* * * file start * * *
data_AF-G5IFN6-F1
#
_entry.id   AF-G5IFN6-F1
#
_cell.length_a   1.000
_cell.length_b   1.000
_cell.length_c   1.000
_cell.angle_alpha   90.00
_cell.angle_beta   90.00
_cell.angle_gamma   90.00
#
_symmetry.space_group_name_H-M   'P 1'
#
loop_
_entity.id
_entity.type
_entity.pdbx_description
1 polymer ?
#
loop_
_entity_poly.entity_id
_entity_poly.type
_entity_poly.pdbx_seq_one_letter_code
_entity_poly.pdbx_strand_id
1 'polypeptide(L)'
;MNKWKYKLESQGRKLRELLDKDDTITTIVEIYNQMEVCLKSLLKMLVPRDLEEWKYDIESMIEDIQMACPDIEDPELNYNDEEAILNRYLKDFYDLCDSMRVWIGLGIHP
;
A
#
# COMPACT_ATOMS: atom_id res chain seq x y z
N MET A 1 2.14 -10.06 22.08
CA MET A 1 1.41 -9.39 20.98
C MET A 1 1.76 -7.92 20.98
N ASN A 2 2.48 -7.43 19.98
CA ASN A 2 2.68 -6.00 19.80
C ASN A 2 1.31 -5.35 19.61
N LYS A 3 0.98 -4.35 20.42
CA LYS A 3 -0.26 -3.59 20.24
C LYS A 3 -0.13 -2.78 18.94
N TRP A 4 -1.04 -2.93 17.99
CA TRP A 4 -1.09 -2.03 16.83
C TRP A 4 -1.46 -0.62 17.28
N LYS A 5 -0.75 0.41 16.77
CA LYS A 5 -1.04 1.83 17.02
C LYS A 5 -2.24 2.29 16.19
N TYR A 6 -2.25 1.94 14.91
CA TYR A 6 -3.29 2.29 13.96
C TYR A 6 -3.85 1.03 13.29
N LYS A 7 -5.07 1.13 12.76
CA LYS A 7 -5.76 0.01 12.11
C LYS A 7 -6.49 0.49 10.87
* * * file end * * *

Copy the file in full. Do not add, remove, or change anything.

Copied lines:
data_AF-G5IFN6-F1
#
_entry.id   AF-G5IFN6-F1
#
_cell.length_a   1.000
_cell.length_b   1.000
_cell.length_c   1.000
_cell.angle_alpha   90.00
_cell.angle_beta   90.00
_cell.angle_gamma   90.00
#
_symmetry.space_group_name_H-M   'P 1'
#
loop_
_entity.id
_entity.type
_entity.pdbx_description
1 polymer ?
#
loop_
_entity_poly.entity_id
_entity_poly.type
_entity_poly.pdbx_seq_one_letter_code
_entity_poly.pdbx_strand_id
1 'polypeptide(L)'
;MNKWKYKLESQGRKLRELLDKDDTITTIVEIYNQMEVCLKSLLKMLVPRDLEEWKYDIESMIEDIQMACPDIEDPELNYNDEEAILNRYLKDFYDLCDSMRVWIGLGIHP
;
A
#
# COMPACT_ATOMS: atom_id res chain seq x y z
N MET A 1 2.14 -10.06 22.08
CA MET A 1 1.41 -9.39 20.98
C MET A 1 1.76 -7.92 20.98
N ASN A 2 2.48 -7.43 19.98
CA ASN A 2 2.68 -6.00 19.80
C ASN A 2 1.31 -5.35 19.61
N LYS A 3 0.98 -4.35 20.42
CA LYS A 3 -0.26 -3.59 20.24
C LYS A 3 -0.13 -2.78 18.94
N TRP A 4 -1.04 -2.93 17.99
CA TRP A 4 -1.09 -2.03 16.83
C TRP A 4 -1.46 -0.62 17.28
N LYS A 5 -0.75 0.41 16.77
CA LYS A 5 -1.04 1.83 17.02
C LYS A 5 -2.24 2.29 16.19
N TYR A 6 -2.25 1.94 14.91
CA TYR A 6 -3.29 2.29 13.96
C TYR A 6 -3.85 1.03 13.29
N LYS A 7 -5.07 1.13 12.76
CA LYS A 7 -5.76 0.01 12.11
C LYS A 7 -6.49 0.49 10.87